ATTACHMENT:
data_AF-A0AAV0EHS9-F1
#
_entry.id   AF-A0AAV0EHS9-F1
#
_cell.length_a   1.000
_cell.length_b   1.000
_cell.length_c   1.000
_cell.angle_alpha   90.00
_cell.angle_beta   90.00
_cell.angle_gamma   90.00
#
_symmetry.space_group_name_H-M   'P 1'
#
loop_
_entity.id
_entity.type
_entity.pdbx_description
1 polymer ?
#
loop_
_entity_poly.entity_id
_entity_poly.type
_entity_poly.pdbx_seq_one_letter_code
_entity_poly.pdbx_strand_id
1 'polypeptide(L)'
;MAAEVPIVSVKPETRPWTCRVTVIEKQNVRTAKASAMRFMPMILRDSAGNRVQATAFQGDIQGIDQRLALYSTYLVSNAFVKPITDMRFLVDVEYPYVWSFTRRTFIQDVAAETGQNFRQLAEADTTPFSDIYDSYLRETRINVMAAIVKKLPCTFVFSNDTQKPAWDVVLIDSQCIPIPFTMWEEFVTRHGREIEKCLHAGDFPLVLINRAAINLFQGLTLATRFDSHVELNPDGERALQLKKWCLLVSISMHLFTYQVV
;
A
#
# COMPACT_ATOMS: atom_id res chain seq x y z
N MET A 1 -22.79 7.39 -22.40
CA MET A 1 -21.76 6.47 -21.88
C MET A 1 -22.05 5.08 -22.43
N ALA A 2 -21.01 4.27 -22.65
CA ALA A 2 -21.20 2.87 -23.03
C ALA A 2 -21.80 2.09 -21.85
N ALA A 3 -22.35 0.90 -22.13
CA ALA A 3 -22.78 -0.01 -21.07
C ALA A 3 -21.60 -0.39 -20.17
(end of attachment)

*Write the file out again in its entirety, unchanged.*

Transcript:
data_AF-A0AAV0EHS9-F1
#
_entry.id   AF-A0AAV0EHS9-F1
#
_cell.length_a   1.000
_cell.length_b   1.000
_cell.length_c   1.000
_cell.angle_alpha   90.00
_cell.angle_beta   90.00
_cell.angle_gamma   90.00
#
_symmetry.space_group_name_H-M   'P 1'
#
loop_
_entity.id
_entity.type
_entity.pdbx_description
1 polymer ?
#
loop_
_entity_poly.entity_id
_entity_poly.type
_entity_poly.pdbx_seq_one_letter_code
_entity_poly.pdbx_strand_id
1 'polypeptide(L)'
;MAAEVPIVSVKPETRPWTCRVTVIEKQNVRTAKASAMRFMPMILRDSAGNRVQATAFQGDIQGIDQRLALYSTYLVSNAFVKPITDMRFLVDVEYPYVWSFTRRTFIQDVAAETGQNFRQLAEADTTPFSDIYDSYLRETRINVMAAIVKKLPCTFVFSNDTQKPAWDVVLIDSQCIPIPFTMWEEFVTRHGREIEKCLHAGDFPLVLINRAAINLFQGLTLATRFDSHVELNPDGERALQLKKWCLLVSISMHLFTYQVV
;
A
#
# COMPACT_ATOMS: atom_id res chain seq x y z
N MET A 1 -22.79 7.39 -22.40
CA MET A 1 -21.76 6.47 -21.88
C MET A 1 -22.05 5.08 -22.43
N ALA A 2 -21.01 4.27 -22.65
CA ALA A 2 -21.20 2.87 -23.03
C ALA A 2 -21.80 2.09 -21.85
N ALA A 3 -22.35 0.90 -22.13
CA ALA A 3 -22.78 -0.01 -21.07
C ALA A 3 -21.60 -0.39 -20.17